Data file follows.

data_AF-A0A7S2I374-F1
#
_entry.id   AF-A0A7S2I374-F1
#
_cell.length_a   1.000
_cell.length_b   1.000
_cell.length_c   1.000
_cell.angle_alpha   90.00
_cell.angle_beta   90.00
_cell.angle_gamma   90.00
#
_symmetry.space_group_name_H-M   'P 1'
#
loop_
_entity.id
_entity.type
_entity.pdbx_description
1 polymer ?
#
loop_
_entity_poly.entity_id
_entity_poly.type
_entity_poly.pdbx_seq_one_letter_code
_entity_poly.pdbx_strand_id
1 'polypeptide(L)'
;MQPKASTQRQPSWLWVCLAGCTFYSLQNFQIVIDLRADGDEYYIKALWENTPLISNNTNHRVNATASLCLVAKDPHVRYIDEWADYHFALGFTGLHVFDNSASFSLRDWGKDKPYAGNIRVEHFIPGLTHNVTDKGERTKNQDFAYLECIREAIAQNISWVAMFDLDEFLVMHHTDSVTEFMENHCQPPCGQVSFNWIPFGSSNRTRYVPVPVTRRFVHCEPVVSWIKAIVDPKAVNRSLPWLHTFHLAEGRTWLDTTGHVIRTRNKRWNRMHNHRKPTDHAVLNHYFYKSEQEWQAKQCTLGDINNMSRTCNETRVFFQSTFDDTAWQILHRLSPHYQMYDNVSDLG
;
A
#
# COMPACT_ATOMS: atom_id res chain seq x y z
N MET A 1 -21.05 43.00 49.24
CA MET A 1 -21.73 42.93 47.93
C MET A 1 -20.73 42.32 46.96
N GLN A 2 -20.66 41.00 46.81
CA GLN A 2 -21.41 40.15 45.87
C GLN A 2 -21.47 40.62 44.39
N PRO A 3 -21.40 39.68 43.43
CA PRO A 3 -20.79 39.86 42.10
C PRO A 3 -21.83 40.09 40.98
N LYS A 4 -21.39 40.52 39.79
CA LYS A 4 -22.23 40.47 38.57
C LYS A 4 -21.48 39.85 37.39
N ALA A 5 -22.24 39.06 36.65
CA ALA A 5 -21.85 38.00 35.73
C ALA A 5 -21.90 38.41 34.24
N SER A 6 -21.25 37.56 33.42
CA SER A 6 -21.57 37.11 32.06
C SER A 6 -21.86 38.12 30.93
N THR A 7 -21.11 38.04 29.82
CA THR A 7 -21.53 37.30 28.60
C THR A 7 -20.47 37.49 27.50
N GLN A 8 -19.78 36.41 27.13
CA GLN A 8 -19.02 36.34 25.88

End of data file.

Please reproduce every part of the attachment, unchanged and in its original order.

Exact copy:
data_AF-A0A7S2I374-F1
#
_entry.id   AF-A0A7S2I374-F1
#
_cell.length_a   1.000
_cell.length_b   1.000
_cell.length_c   1.000
_cell.angle_alpha   90.00
_cell.angle_beta   90.00
_cell.angle_gamma   90.00
#
_symmetry.space_group_name_H-M   'P 1'
#
loop_
_entity.id
_entity.type
_entity.pdbx_description
1 polymer ?
#
loop_
_entity_poly.entity_id
_entity_poly.type
_entity_poly.pdbx_seq_one_letter_code
_entity_poly.pdbx_strand_id
1 'polypeptide(L)'
;MQPKASTQRQPSWLWVCLAGCTFYSLQNFQIVIDLRADGDEYYIKALWENTPLISNNTNHRVNATASLCLVAKDPHVRYIDEWADYHFALGFTGLHVFDNSASFSLRDWGKDKPYAGNIRVEHFIPGLTHNVTDKGERTKNQDFAYLECIREAIAQNISWVAMFDLDEFLVMHHTDSVTEFMENHCQPPCGQVSFNWIPFGSSNRTRYVPVPVTRRFVHCEPVVSWIKAIVDPKAVNRSLPWLHTFHLAEGRTWLDTTGHVIRTRNKRWNRMHNHRKPTDHAVLNHYFYKSEQEWQAKQCTLGDINNMSRTCNETRVFFQSTFDDTAWQILHRLSPHYQMYDNVSDLG
;
A
#
# COMPACT_ATOMS: atom_id res chain seq x y z
N MET A 1 -21.05 43.00 49.24
CA MET A 1 -21.73 42.93 47.93
C MET A 1 -20.73 42.32 46.96
N GLN A 2 -20.66 41.00 46.81
CA GLN A 2 -21.41 40.15 45.87
C GLN A 2 -21.47 40.62 44.39
N PRO A 3 -21.40 39.68 43.43
CA PRO A 3 -20.79 39.86 42.10
C PRO A 3 -21.83 40.09 40.98
N LYS A 4 -21.39 40.52 39.79
CA LYS A 4 -22.23 40.47 38.57
C LYS A 4 -21.48 39.85 37.39
N ALA A 5 -22.24 39.06 36.65
CA ALA A 5 -21.85 38.00 35.73
C ALA A 5 -21.90 38.41 34.24
N SER A 6 -21.25 37.56 33.42
CA SER A 6 -21.57 37.11 32.06
C SER A 6 -21.86 38.12 30.93
N THR A 7 -21.11 38.04 29.82
CA THR A 7 -21.53 37.30 28.60
C THR A 7 -20.47 37.49 27.50
N GLN A 8 -19.78 36.41 27.13
CA GLN A 8 -19.02 36.34 25.88